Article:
[thelist] survey says...

Peter-Paul Koch gassinaumasis at hotmail.com
Sun Dec 29 07:28:01 CST 2002


>>2. Web applications are different. But for most cases do NOT try to mimic
>>a windows applications. Users will expect to be in a browser and have the
>>back button work.
>I'd like to see someone put some stats to this knee-jerk generalization.
>Since it's a slow Saturday -
>The stats: 92% of all Win/IE5+ users select the Windows app interface as
>their default, 5% select the DHTML interface and 3% prefer the  vanilla web
>page interface. Of all users, 94% are Win/IE5+ users meaning that 6%  are
>non-Window OS or non-IE5+ browsers. That 6% uses the vanilla  interface.

Well well, this is interesting. I'd have guessed that most people would opt
for DHTML, too.

Can you provide a URL? I'd like to take a look myself.

>We found that the interface which competed least with our produce for
>attention was the most preferred. It also raised the question, do people
>actually prefer the "website" concept of hopping to different pages
>accessed through hypertext, or do they just tolerate pogo-sticking around a
>site because it's all they've ever seen?

Interesting question. It touches on "what you're used to is what you get"

Generally I think the most succesful interface is the one that most closely
resembles what users are used to (regardless of whether this interface is
actually the best you can invent).

People are used to websites and to applications, so you could use both
interfaces, as you do.


>I believe your questions are answered by reading Flash vs HTML >statistics.
>f given a choice between HTML and Flash versions, I believe >as much as 80%
>pick HTML.

Where did you get these numbers?

>But what type interface is out there that doesn't require a user to >learn
>how to navigate it?


>Can a "Windows app" be bookmarked?  Or searched with a search engine?  >How
>"easy" it is to navigate becomes worthless if people can't find >your site.

Depends on the site. If I read Keith's concept correctly, the users would
only need to find the actual application. Maybe they can store their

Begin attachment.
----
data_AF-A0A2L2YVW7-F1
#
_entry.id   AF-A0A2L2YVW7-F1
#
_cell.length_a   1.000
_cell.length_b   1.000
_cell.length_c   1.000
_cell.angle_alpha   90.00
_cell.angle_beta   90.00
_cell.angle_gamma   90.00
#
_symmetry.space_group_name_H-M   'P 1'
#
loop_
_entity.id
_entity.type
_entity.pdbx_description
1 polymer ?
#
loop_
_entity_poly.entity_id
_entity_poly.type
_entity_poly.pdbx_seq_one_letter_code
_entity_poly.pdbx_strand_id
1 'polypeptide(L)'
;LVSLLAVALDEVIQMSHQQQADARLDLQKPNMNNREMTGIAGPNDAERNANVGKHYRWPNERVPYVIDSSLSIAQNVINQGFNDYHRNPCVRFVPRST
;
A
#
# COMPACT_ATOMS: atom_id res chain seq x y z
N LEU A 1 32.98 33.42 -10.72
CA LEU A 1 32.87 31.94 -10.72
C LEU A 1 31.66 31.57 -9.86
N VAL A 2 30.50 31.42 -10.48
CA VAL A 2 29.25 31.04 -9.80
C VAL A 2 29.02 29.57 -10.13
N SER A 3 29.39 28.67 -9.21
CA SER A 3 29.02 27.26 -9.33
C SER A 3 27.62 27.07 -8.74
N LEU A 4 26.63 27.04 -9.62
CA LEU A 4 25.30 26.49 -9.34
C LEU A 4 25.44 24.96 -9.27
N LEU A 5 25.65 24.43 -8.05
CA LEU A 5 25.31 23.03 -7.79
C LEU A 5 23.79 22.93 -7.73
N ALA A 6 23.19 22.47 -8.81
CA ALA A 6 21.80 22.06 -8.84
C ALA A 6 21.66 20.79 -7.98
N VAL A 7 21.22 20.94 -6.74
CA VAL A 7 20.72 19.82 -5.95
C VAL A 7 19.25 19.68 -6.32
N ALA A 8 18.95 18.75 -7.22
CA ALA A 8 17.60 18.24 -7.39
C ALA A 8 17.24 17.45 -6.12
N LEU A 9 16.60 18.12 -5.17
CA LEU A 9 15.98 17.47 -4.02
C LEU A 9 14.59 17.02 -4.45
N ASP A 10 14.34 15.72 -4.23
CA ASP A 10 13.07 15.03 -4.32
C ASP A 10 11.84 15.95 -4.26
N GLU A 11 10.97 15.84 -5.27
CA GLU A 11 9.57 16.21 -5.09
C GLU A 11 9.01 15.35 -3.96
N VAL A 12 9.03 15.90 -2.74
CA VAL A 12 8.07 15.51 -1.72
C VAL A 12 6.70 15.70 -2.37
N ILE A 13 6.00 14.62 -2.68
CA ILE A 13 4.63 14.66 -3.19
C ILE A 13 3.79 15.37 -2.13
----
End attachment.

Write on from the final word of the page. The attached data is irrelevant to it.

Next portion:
preferences through cookies or something, which would help.

I'm not saying you're wrong, I'm just saying that for some sites bookmarking
specific pages (instead of the whole site) is less necessary than for

>Who says a Windows app is even easy to navigate?  A "Windows app" would
>mean that it is built based on Windows (unless you're using the term
>"windows" genericly, instead of MS Windows), which is hardly intuitive, >so
>calling it "easy" becomes relative because it is something users are
>already familiar with after 7 years of brainwashing by Billy.

If you've got 7 years of experience with a certain interface it has become
intuitive, even if it wasn't intuitive when you started using it. So I don't
think this is an argument against app-interfaces.


>Food for thought, the hypertext href link is today older than MSDOS was
>when Windows replaced it - when do we leave pogo-sticking href navigation
>behind us and go on to more useful designs? And, why would >we ever resist
>doing so? Imagine, if you can, how the web will work in >2010 and  you'll
>begin to realize the inadequacy that we regularly >force our visitors, and
>ourselves, to tolerate by clinging to our >current design paradigm.

Create a W3C-DOM interface that loads the correct XML files and displays
them (or the portions you want to see) in the way you want to view them.

ppk, freelance web developer
Interaction, copywriting, JavaScript, integration
Column "Keep it Simple": http://www.digital-web.com/columns/keepitsimple/
Nieuw: Jaaroverzicht 2002

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